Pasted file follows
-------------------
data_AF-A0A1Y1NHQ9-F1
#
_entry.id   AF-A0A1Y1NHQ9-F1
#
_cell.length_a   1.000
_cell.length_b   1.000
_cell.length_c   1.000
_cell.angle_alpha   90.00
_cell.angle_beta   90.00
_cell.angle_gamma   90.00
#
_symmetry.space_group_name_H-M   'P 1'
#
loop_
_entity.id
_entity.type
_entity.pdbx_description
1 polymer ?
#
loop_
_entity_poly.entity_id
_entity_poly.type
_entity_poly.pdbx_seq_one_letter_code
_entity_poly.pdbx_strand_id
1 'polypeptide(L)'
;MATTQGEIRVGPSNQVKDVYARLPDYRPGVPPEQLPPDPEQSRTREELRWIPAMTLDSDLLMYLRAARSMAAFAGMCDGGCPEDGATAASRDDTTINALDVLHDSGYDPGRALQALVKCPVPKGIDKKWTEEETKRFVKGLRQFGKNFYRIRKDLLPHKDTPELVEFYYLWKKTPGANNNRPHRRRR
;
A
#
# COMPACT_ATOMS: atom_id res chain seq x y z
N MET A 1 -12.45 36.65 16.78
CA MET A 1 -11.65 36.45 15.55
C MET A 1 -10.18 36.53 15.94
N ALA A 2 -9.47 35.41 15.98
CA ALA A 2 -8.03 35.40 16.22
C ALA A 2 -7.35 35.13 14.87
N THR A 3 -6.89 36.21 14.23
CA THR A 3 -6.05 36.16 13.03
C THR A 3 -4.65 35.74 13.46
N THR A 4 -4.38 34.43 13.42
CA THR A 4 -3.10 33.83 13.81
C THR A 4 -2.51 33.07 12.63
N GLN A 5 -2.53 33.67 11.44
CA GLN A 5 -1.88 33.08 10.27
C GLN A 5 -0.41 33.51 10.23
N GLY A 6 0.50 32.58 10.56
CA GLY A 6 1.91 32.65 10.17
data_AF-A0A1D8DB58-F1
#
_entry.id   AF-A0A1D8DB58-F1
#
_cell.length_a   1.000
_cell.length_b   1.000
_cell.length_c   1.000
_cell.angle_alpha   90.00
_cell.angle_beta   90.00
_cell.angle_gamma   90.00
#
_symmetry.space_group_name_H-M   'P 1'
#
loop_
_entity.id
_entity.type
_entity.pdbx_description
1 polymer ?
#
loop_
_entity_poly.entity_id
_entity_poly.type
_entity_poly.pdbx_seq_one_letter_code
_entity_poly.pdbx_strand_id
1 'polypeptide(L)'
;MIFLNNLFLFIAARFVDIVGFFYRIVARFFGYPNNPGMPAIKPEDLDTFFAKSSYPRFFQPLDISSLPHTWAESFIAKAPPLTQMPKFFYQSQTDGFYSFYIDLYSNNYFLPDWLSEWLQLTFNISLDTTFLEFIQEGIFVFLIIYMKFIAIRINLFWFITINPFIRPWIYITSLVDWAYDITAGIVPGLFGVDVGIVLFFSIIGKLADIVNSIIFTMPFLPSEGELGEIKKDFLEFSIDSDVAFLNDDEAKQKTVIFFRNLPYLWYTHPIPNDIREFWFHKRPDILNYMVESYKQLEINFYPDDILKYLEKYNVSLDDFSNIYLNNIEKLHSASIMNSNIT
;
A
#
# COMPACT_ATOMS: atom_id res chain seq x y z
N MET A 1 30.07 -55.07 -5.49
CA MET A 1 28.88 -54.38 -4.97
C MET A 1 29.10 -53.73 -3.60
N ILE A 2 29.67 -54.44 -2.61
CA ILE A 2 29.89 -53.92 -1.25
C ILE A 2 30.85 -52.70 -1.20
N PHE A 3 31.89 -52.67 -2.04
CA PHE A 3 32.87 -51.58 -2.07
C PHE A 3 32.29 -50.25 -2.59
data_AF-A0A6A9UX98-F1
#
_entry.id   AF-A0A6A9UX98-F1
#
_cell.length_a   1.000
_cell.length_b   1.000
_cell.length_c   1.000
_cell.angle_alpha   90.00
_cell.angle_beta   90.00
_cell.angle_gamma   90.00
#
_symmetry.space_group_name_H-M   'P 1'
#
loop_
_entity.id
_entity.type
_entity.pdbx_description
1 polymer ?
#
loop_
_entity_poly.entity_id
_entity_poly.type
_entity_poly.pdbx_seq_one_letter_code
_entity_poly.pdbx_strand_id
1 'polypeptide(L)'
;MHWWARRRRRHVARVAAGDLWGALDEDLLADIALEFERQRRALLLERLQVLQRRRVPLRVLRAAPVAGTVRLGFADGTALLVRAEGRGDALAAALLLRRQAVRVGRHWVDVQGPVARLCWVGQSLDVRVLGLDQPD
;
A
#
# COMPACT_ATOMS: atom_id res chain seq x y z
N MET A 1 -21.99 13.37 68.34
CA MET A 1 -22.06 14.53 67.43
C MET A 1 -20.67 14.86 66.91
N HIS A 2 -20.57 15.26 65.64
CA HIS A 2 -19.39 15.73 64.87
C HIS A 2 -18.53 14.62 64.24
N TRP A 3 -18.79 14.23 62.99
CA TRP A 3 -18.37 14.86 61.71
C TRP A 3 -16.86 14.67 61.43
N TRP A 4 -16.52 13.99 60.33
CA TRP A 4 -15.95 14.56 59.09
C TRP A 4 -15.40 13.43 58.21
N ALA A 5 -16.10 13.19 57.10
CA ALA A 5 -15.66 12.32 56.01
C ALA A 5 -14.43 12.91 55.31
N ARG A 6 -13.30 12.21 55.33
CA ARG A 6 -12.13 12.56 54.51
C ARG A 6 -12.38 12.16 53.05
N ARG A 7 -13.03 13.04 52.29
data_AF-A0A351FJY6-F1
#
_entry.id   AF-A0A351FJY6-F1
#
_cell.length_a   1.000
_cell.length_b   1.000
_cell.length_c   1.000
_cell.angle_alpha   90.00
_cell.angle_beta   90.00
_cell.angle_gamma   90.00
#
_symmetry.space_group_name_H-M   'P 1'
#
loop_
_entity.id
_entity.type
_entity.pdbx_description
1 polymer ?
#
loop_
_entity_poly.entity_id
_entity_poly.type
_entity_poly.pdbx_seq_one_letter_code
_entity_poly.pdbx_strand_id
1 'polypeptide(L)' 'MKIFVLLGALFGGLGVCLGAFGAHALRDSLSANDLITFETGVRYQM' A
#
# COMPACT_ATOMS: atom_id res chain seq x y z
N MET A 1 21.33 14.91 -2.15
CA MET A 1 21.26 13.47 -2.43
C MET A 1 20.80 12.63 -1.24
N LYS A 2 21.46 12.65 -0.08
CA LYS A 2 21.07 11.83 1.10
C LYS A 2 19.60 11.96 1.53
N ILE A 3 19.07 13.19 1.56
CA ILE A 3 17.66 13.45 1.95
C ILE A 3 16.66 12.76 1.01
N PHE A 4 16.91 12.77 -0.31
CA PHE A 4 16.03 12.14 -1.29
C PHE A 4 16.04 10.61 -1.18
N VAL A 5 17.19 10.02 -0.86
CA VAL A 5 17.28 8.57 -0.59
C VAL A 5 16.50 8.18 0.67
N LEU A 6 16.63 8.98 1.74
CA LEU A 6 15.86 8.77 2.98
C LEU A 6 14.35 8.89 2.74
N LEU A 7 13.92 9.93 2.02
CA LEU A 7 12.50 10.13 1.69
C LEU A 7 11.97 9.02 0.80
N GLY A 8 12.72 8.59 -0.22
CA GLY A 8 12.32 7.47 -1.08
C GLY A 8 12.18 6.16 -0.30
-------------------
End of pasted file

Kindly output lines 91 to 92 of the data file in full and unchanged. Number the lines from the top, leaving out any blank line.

_cell.length_a   1.000
_cell.length_b   1.000